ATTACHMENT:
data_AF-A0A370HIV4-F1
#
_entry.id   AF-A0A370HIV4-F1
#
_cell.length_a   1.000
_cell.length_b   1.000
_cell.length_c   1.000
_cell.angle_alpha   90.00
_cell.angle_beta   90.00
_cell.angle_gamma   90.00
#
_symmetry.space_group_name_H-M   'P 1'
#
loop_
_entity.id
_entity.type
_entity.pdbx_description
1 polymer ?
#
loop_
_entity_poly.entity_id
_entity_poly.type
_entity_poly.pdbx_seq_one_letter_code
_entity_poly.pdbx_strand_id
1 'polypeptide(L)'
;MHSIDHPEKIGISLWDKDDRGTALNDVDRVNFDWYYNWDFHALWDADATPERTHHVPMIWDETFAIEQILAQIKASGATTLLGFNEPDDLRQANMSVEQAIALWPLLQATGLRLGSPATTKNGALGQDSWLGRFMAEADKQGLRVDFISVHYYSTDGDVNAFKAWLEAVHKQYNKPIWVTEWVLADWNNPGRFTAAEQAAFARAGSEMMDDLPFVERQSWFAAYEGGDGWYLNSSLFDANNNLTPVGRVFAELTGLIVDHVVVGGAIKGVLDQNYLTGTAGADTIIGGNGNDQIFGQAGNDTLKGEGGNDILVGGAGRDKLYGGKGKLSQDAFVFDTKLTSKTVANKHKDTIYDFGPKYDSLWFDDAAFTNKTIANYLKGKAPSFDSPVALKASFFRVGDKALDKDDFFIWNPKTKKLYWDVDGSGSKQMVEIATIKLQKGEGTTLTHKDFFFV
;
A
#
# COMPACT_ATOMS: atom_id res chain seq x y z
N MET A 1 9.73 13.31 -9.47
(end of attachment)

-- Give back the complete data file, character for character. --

data_AF-A0A370HIV4-F1
#
_entry.id   AF-A0A370HIV4-F1
#
_cell.length_a   1.000
_cell.length_b   1.000
_cell.length_c   1.000
_cell.angle_alpha   90.00
_cell.angle_beta   90.00
_cell.angle_gamma   90.00
#
_symmetry.space_group_name_H-M   'P 1'
#
loop_
_entity.id
_entity.type
_entity.pdbx_description
1 polymer ?
#
loop_
_entity_poly.entity_id
_entity_poly.type
_entity_poly.pdbx_seq_one_letter_code
_entity_poly.pdbx_strand_id
1 'polypeptide(L)'
;MHSIDHPEKIGISLWDKDDRGTALNDVDRVNFDWYYNWDFHALWDADATPERTHHVPMIWDETFAIEQILAQIKASGATTLLGFNEPDDLRQANMSVEQAIALWPLLQATGLRLGSPATTKNGALGQDSWLGRFMAEADKQGLRVDFISVHYYSTDGDVNAFKAWLEAVHKQYNKPIWVTEWVLADWNNPGRFTAAEQAAFARAGSEMMDDLPFVERQSWFAAYEGGDGWYLNSSLFDANNNLTPVGRVFAELTGLIVDHVVVGGAIKGVLDQNYLTGTAGADTIIGGNGNDQIFGQAGNDTLKGEGGNDILVGGAGRDKLYGGKGKLSQDAFVFDTKLTSKTVANKHKDTIYDFGPKYDSLWFDDAAFTNKTIANYLKGKAPSFDSPVALKASFFRVGDKALDKDDFFIWNPKTKKLYWDVDGSGSKQMVEIATIKLQKGEGTTLTHKDFFFV
;
A
#
# COMPACT_ATOMS: atom_id res chain seq x y z
N MET A 1 9.73 13.31 -9.47